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Dealing with death, loss, and writing

How one writer is dealing with death and grief in the writing process

My mom died. There, I’ve said it. There’s no turning back.

Today I want to talk to you about the entanglement grief brings to an already knotted writing life.

Dealing with death is not an everyday topic here. When it comes to this blog, I tend to be a minimalist when it comes to inserting or sharing my personal life unless it is has some direct relevance to the topic. So I have not brought the last ten years to this table, the decade where caring for my elderly parents consumed my life.

When that journey began, I had no idea how deep it would impact my writing life. In fact, the caregiver displaced the writer.

When grief impacts the writing process

In the beginning I was still busily writing away. I had contracts for five completed books, worked at a bookstore, and had recently received my MFA in Creative Writing. I felt like I was on the cusp of reaping the reward of many long years staring at the computer screen and listening to the keyboard chuckle furiously as I typed string after string of sentences. Dealing with death was the last thing on my mind.  I had an agent interested in my biggest work yet; but the stress and crush of being a caregiver for two parents in their 90s began its work. That relentless nonstop pressure resulted in unanticipated problems with headaches, high blood pressure and inflammation of the blood vessels in the brain. I soon found my writing abilities under siege.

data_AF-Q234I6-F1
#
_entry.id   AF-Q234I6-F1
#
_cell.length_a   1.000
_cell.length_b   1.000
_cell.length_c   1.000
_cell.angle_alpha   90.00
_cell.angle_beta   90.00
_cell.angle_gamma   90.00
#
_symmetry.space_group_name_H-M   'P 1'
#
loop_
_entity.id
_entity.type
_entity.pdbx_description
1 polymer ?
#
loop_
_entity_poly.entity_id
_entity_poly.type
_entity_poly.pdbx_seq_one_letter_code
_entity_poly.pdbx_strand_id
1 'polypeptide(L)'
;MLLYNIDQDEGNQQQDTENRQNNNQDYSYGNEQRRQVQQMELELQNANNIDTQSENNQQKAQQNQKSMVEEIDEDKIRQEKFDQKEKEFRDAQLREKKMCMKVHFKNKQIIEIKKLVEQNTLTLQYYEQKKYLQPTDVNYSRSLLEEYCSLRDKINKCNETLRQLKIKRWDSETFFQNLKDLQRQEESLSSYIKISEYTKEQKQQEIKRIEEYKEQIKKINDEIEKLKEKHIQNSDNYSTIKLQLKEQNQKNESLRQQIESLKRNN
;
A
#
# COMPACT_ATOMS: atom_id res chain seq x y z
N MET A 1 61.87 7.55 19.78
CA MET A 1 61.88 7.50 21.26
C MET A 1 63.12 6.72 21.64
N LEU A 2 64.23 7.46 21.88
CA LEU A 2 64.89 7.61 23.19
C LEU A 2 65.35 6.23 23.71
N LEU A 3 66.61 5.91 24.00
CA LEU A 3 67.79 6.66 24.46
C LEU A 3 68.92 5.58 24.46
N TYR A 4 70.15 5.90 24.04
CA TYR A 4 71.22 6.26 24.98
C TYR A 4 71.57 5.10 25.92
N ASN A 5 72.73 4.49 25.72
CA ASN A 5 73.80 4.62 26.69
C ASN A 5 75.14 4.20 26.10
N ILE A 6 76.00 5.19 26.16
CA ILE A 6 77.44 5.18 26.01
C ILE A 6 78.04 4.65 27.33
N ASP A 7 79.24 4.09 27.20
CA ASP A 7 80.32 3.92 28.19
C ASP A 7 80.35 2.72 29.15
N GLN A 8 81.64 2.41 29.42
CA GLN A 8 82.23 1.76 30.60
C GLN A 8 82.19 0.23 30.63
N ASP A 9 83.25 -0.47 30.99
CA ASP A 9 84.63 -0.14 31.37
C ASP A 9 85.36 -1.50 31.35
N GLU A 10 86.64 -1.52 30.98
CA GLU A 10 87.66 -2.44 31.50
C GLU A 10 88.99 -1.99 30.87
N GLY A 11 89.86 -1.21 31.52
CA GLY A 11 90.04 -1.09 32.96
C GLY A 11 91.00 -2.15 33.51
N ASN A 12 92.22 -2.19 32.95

Why the pressure? I know now that it was an ever-increasing response to the daily changes in my parents and their demands. Maybe I wasn’t dealing with death in a concrete way, but I was dealing with the everyday grief of a caregiver who cares for elderly parents.

When my dad died in 2008, the intensity increased. My mom had different needs than my dad. One day, after I’d spent an entire morning, hours, clawing my way back into a scene with a deep enough immersion to be able to write, imagine my dismay when my mom called out and blew me straight out of that fictive world.

My huge tower of cards holding up my fictional world blew apart; I’d lost the scaffolding that supported my fictive world. Between the physical problems and the increased stress and mental pressure, I never found my way back into that world.

Dealing with death adds a new dimension to the writing life

While it’s somewhat of a cliche to say that everyone copes with death in a different way, I’d have to say that everyone deals with each and every death in a different way. Death comes calling in many guises. This is not my first encounter with death as a caregiver but it is my first time for this type of response; the first time for it to leave such an imprint on my writing process.